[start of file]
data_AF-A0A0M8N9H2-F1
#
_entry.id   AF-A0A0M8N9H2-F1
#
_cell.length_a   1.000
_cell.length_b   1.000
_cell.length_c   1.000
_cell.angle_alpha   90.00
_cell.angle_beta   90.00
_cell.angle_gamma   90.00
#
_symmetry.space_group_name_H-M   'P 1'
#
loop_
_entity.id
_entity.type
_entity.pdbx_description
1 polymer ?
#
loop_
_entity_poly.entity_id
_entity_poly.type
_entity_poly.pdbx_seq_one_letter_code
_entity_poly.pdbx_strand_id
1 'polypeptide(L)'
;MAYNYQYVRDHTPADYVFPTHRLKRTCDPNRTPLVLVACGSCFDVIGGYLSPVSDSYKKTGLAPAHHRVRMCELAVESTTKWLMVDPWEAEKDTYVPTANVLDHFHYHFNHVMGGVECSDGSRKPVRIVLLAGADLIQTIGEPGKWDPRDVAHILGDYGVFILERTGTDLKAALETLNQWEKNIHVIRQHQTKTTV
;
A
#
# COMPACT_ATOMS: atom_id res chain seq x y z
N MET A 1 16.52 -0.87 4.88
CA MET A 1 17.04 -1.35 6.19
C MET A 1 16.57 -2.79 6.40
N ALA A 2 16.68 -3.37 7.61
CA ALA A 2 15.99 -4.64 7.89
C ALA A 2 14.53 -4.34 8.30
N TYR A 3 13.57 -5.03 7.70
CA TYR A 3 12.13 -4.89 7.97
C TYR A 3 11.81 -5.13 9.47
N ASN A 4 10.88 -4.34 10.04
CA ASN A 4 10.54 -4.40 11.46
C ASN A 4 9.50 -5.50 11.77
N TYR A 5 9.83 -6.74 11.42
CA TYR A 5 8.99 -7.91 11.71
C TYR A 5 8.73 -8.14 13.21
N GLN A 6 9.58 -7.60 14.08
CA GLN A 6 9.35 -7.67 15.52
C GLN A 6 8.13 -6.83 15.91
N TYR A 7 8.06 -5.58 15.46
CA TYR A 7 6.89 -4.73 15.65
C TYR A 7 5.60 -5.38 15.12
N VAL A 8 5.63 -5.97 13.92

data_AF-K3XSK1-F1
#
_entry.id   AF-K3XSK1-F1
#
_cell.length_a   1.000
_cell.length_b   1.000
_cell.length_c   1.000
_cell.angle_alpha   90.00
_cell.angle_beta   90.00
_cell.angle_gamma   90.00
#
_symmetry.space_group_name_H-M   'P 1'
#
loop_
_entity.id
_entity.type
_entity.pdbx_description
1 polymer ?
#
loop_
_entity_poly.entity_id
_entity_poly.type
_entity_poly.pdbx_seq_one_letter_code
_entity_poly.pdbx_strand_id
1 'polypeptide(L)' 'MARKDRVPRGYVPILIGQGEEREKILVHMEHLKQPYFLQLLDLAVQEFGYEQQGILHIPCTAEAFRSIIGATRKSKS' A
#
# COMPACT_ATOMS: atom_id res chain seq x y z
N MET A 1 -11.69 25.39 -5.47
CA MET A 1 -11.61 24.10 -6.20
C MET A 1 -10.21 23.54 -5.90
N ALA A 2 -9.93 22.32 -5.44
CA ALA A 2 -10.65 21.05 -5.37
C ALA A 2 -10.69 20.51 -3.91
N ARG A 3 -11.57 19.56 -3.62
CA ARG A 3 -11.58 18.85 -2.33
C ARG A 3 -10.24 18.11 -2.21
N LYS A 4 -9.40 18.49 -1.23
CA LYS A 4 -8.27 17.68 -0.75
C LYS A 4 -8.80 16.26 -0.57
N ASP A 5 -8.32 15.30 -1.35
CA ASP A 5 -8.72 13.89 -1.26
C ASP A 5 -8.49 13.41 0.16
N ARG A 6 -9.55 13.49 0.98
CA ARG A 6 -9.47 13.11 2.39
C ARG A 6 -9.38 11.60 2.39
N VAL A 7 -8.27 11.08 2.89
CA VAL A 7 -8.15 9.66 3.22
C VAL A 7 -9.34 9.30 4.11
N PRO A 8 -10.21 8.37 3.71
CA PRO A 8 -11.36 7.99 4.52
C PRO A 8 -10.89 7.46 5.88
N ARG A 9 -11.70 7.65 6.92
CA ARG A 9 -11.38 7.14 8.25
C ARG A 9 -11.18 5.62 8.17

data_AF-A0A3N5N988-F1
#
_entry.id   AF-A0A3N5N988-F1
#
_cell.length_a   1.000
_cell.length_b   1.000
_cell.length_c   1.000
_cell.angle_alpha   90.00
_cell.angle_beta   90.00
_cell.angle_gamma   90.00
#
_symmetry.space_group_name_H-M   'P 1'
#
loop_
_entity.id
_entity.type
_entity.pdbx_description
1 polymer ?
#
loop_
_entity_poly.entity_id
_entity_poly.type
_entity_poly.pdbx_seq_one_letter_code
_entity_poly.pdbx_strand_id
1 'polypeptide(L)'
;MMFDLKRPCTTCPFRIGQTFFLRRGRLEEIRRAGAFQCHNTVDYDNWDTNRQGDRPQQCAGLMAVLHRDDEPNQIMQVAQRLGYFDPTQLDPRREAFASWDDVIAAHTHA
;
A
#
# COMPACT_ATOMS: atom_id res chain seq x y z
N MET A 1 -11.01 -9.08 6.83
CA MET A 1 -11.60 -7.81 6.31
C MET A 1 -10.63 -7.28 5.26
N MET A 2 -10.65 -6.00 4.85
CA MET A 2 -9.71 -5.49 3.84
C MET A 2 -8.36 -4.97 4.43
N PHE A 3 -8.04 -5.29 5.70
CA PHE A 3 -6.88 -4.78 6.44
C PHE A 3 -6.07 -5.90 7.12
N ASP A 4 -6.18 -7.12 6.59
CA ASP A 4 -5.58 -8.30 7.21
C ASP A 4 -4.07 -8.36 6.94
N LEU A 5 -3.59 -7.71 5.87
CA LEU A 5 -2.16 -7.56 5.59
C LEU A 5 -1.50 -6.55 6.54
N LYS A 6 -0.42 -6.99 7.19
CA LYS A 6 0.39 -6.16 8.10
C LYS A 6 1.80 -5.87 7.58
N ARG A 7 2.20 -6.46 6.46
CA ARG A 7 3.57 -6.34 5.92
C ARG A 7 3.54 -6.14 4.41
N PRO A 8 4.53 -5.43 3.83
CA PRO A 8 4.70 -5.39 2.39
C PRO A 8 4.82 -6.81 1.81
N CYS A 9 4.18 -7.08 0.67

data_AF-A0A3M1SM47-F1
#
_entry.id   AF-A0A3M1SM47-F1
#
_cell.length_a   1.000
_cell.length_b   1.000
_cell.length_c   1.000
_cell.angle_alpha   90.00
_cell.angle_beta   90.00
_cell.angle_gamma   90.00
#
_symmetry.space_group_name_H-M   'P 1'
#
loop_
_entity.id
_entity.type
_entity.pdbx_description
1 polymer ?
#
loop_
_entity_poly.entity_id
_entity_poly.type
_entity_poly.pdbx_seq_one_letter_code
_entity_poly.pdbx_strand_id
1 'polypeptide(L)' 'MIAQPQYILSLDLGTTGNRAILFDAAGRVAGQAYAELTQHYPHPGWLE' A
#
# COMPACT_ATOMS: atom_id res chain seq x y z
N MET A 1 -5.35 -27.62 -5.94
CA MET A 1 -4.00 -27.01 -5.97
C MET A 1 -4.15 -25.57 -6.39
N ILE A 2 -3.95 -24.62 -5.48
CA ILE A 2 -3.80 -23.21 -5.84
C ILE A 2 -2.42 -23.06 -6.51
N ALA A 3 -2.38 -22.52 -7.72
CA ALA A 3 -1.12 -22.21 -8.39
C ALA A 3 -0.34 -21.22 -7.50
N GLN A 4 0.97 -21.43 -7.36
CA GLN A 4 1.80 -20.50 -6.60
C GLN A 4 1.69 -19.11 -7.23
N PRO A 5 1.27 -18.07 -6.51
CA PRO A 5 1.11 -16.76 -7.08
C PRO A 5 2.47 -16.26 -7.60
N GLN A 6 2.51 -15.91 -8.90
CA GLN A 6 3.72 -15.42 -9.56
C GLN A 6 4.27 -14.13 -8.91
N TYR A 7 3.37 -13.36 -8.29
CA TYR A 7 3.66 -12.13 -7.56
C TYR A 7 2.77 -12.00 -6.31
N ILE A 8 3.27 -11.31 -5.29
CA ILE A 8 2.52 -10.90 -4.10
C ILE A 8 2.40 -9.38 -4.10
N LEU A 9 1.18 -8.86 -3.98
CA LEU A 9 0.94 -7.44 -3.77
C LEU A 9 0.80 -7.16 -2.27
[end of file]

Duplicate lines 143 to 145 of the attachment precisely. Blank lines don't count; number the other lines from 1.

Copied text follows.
N PHE A 3 -8.04 -5.29 5.70
CA PHE A 3 -6.88 -4.78 6.44
C PHE A 3 -6.07 -5.90 7.12